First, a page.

I like the idea, but I too have many questions left open. Please do not see this as any form of bashing, because I wrote it trying to apply my authentication experience to this new scheme.
I am concerned about (in no particular order) :
- Unauthorized use of the private key
- Rich client support (Outlook, Notes, etc.)
- Using from multiple computers
- Private key protection or encryption (on the client)
- Authentication of key generation requests
Details below. First a one line summary (in bold italic) and some clarifications.
1. Unauthorized use of the private key
The private key will be protected by the client, with varying degrees of security.
I am worried that any the private key will be used without my consent. When trying to authenticate, a signing operation will take place. I must be prompted before it is used, or else a rogue script could get my browser to sign a logon ticket and submit it. Rogue script could come from a widget, add or other XSS. Implementation of this mechanism will vary in every browser, and even on different platforms for the same browser, or different versions, etc. With a somewhat inconsistent visual, users are at a greater risk to being lured to approve a logon request.
2. Rich client support (Outlook, Notes, etc.)
It was desinged to work with web mail accounts. Enterprise "fat" mail clients are somewhat left behind.
Users in a corporate environment who use fat mail client (Outlook, Notes, Thunderbird) will be late adopters, because the protocol will have to be implemented in those clients too. Not to mention that Outlook does not share a keystore with Firefox, or Thunderbird with IE.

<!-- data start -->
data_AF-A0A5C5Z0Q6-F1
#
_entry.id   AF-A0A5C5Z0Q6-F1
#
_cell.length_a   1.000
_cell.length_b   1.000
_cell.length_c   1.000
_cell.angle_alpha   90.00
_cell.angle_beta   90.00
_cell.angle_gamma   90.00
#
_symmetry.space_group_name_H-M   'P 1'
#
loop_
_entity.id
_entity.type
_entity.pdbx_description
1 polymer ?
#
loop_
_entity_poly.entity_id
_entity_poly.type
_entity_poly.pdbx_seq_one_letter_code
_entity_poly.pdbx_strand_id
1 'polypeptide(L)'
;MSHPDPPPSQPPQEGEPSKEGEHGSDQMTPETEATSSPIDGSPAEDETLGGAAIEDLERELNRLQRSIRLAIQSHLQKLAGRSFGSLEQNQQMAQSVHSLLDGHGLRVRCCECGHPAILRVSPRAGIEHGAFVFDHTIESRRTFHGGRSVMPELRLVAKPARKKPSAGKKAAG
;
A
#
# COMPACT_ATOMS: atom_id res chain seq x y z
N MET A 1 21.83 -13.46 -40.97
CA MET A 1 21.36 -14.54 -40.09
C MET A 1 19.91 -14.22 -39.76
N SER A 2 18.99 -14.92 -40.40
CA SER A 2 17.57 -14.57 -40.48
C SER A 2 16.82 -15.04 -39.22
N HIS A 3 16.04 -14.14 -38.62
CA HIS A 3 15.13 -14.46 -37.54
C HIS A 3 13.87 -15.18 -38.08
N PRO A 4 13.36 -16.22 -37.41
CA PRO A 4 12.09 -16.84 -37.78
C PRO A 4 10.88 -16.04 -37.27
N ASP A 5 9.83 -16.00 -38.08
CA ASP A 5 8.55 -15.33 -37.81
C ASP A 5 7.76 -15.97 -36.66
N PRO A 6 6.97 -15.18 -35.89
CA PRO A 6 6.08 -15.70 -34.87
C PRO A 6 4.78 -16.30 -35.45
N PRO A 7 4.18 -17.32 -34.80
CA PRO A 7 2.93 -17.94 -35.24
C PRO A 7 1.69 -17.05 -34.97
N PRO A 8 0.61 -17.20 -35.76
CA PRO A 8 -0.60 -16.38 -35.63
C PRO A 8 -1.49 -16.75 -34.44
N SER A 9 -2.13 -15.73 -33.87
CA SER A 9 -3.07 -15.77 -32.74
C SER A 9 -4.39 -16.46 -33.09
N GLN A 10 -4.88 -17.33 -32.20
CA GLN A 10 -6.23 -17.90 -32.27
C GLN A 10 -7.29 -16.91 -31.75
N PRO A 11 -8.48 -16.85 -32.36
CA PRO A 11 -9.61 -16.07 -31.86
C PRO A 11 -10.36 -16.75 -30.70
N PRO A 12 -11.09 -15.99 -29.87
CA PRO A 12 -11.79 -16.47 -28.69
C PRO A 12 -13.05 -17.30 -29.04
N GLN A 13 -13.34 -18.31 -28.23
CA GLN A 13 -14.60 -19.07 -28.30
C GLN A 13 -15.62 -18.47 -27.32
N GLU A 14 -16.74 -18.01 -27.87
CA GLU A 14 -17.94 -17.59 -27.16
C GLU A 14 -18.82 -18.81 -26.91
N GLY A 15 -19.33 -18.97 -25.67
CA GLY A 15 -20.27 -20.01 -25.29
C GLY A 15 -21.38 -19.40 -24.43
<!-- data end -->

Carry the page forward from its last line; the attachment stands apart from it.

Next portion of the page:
3. Using from multiple computers
It leads to a proliferation of private keys, because the scheme does not to have a central authority.
And there is a mobility problem. I will have to register (generate a private key) for every computer I use. How will I go about deleting my private key in an internet kiosk, or a borrowed computer ? Even with a single computer, how will I revoke a key stored in a stolen computer ? Since for a single user, multiple signature keys are valid (because each of my computers have its own valid private key), from the service provider point of view, any access token signed by a known authority must be valid.
4. Private key protection or encryption (on the client)
Access to the key must be authenticated, which brings passwords back in the picture.
It can protected by a password (limiting its malicious reuse), but if I ever change my password somewhere, it will not synchronize unless I use some browser/cloud based sync network. Having a password to remember somewhat defeats the purpose of this scheme. Chances are the same password will be used to secure every key, much like the same password is used now to authenticate to multiple websites.
5. Authentication of key generation requests
There is a gap between the access request and key generation, wich an attacker could use for phishing.
It is unclear to me how the email provider/certificate authority will handle CSRF issues. How will they know that a request for key generation is legitimate ? Will my spam folder be filled with certificate generation requests ? Or will key issued only with DKIM email servers ? What if the request was intercepted on its SMTP way to the server, could it be modified ?
Using a tag allows browserid.org to break the same origin policy.
And using a script tag to include the browserid.js allows them to bypass the same origin policy. BrowserID.org will (have the power to) know about every logon attempt you make. Or you will have to host the script yourself (assuming it is self contained), and upgrade it if/when security flaws will be identified in it.